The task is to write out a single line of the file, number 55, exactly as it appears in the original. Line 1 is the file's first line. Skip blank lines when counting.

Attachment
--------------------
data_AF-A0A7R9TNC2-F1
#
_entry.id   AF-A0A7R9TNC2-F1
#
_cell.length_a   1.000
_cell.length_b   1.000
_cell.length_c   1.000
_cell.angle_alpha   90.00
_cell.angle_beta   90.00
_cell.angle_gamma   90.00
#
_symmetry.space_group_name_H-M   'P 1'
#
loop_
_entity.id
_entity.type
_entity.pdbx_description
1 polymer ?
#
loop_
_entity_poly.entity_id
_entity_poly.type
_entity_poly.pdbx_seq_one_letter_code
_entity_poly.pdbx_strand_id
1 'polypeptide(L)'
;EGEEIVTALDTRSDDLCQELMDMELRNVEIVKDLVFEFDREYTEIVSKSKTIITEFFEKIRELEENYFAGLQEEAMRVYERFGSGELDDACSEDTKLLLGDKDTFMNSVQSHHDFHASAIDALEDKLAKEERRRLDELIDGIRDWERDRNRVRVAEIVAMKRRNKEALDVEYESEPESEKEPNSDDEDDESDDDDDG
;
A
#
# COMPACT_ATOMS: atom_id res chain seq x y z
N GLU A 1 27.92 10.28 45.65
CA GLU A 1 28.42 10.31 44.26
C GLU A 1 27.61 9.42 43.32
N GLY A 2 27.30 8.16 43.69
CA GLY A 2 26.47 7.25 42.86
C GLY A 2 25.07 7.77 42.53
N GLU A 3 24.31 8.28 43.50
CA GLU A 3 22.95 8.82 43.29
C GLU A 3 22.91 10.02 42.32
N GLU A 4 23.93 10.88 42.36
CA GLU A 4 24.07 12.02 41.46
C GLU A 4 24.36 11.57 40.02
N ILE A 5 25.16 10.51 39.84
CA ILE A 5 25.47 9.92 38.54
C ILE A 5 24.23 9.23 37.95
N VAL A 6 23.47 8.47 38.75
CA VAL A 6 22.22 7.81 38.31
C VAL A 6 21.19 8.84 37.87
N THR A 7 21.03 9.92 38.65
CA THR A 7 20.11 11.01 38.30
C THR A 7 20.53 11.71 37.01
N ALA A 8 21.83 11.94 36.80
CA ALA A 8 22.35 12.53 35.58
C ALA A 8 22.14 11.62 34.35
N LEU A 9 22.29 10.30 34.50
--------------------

N LEU A 9 22.29 10.30 34.50